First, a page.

So let’s say a brand approaches you saying they want you to promote their toothbrush that costs 300 dollars and they’ll pay you with the toothbrush + 200 dollars. Now your channel is about oral hygiene and you did a giveaway that got 5000 sign-ups, well based on that I think you have a good leg to stand on to ask for a bit more as your reach is wider and more specific to the audience they are trying to reach!

A streamer is sat at a desk in front of a gaming laptop with their hoodie and headset on wondering how to get a stream sponsorship.
Photo by Fredrick Tendong on Unsplash

Know your audience

I’m sure you’ve seen people talking about TV ratings and target demographics like 18-35, income brackets, and the like, right? Knowing your audience, their purchasing power, and interests are going to be very important to selling yourself for stream sponsorship. I know a lot of people are here because they’re into streaming games and making that a career, but you have to face the reality of what a predominantly gaming audience will be willing to buy. They’re likely going to want to buy the games they want to play first and then whatever makes that gaming experience the most enjoyable. Maybe they’ll buy some merch affiliated with the game?

So if you’re a league of legends streamer and you see Target is selling LoL lunch boxes, that is the kind of collaboration that would be good for your audience. Now, if you do broader content, like reactions or reporting on news, then you’re going to have to use some other tools. First and foremost, especially if you’re on youtube, look at your analytics!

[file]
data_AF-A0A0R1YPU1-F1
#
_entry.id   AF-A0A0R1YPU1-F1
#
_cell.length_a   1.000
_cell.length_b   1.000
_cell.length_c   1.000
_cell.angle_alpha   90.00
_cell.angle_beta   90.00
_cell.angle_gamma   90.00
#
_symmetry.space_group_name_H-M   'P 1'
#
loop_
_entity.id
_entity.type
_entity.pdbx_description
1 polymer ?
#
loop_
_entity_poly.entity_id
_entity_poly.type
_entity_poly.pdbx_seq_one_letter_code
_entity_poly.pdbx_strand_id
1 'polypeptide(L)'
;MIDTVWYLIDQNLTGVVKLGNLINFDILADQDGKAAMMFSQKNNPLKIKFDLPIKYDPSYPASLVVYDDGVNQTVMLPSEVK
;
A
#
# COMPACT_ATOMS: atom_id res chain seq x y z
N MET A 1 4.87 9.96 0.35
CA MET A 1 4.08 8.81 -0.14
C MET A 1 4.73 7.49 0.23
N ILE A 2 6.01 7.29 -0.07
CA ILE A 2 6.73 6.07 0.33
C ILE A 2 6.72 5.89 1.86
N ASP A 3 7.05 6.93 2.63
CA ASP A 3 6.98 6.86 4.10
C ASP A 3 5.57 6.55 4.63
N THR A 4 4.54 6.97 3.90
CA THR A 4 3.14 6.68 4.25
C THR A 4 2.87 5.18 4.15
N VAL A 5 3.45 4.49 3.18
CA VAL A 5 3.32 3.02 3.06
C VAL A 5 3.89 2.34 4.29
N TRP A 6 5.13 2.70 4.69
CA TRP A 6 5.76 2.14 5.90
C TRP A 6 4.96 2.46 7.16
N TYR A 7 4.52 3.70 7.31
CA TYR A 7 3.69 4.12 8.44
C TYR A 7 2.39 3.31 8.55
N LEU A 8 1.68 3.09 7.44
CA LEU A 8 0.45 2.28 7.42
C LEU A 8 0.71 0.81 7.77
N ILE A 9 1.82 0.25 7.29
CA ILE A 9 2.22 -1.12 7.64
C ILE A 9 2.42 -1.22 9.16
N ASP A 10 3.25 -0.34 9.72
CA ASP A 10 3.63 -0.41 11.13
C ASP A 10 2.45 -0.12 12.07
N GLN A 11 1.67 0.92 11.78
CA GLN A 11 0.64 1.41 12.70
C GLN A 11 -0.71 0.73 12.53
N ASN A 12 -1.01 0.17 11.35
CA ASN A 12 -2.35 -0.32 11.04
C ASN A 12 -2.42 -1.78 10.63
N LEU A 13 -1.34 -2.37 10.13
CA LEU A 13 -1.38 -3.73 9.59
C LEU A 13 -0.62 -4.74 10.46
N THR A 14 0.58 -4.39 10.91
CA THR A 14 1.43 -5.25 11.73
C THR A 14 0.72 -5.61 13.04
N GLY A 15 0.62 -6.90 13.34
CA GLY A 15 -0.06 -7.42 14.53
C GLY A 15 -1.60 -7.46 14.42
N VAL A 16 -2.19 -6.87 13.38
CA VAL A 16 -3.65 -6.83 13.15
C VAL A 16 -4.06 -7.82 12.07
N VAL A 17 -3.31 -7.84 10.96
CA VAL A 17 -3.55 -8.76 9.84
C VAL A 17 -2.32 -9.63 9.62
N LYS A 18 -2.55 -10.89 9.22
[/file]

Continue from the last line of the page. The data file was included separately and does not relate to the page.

YouTube Analytics is amazing for finding your audience demographics. You can see the age range of your viewers, where they’re located, and where/how they found your content. This will at least give you a baseline of what kind of products your audience may be interested in. If your age demo is 18-24, maybe don’t go for a Werther’s Original sponsorship, unless that’s a thing on TikTok now.

If you need more insight into your audience, then you need to use the tried and true marketing tactic, the survey! Basically, you’ll just need to run a survey, where whoever answers gets a chance to win a prize and promote it in your content and all your channels. This is where you can find out valuable data about your users like what they might buy which can then, in turn, inform how you’ll approach sponsors.

A streaming desktop with an ultrawide monitor, a gaming keyboard and mouse, funko pops and a large moon desklamp, a nice setup is something you might want from a stream sponsor.